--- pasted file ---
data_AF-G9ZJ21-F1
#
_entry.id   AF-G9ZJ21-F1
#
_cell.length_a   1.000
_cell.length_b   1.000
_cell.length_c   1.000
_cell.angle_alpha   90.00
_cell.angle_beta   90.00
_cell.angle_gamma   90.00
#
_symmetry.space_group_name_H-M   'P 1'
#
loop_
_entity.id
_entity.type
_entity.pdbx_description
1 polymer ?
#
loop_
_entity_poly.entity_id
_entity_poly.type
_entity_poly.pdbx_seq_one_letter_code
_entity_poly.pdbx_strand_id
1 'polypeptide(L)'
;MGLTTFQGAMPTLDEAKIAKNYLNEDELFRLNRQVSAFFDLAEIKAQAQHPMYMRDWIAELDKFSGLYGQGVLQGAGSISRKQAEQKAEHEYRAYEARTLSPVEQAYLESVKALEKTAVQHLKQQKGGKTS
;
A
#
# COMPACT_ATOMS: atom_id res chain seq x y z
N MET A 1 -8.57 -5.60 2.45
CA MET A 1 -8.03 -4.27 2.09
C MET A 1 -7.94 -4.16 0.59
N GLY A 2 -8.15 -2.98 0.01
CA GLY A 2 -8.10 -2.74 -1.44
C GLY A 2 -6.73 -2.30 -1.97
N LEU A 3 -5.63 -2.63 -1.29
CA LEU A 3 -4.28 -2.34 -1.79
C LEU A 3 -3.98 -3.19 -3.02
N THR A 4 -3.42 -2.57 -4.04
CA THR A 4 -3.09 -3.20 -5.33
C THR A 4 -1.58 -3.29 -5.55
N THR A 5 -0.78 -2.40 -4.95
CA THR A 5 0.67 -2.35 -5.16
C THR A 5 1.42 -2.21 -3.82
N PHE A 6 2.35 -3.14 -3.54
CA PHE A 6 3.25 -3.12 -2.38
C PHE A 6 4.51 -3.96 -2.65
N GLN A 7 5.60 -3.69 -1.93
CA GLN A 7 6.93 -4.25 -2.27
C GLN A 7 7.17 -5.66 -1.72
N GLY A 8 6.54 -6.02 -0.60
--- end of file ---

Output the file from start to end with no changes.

data_AF-G9ZJ21-F1
#
_entry.id   AF-G9ZJ21-F1
#
_cell.length_a   1.000
_cell.length_b   1.000
_cell.length_c   1.000
_cell.angle_alpha   90.00
_cell.angle_beta   90.00
_cell.angle_gamma   90.00
#
_symmetry.space_group_name_H-M   'P 1'
#
loop_
_entity.id
_entity.type
_entity.pdbx_description
1 polymer ?
#
loop_
_entity_poly.entity_id
_entity_poly.type
_entity_poly.pdbx_seq_one_letter_code
_entity_poly.pdbx_strand_id
1 'polypeptide(L)'
;MGLTTFQGAMPTLDEAKIAKNYLNEDELFRLNRQVSAFFDLAEIKAQAQHPMYMRDWIAELDKFSGLYGQGVLQGAGSISRKQAEQKAEHEYRAYEARTLSPVEQAYLESVKALEKTAVQHLKQQKGGKTS
;
A
#
# COMPACT_ATOMS: atom_id res chain seq x y z
N MET A 1 -8.57 -5.60 2.45
CA MET A 1 -8.03 -4.27 2.09
C MET A 1 -7.94 -4.16 0.59
N GLY A 2 -8.15 -2.98 0.01
CA GLY A 2 -8.10 -2.74 -1.44
C GLY A 2 -6.73 -2.30 -1.97
N LEU A 3 -5.63 -2.63 -1.29
CA LEU A 3 -4.28 -2.34 -1.79
C LEU A 3 -3.98 -3.19 -3.02
N THR A 4 -3.42 -2.57 -4.04
CA THR A 4 -3.09 -3.20 -5.33
C THR A 4 -1.58 -3.29 -5.55
N THR A 5 -0.78 -2.40 -4.95
CA THR A 5 0.67 -2.35 -5.16
C THR A 5 1.42 -2.21 -3.82
N PHE A 6 2.35 -3.14 -3.54
CA PHE A 6 3.25 -3.12 -2.38
C PHE A 6 4.51 -3.96 -2.65
N GLN A 7 5.60 -3.69 -1.93
CA GLN A 7 6.93 -4.25 -2.27
C GLN A 7 7.17 -5.66 -1.72
N GLY A 8 6.54 -6.02 -0.60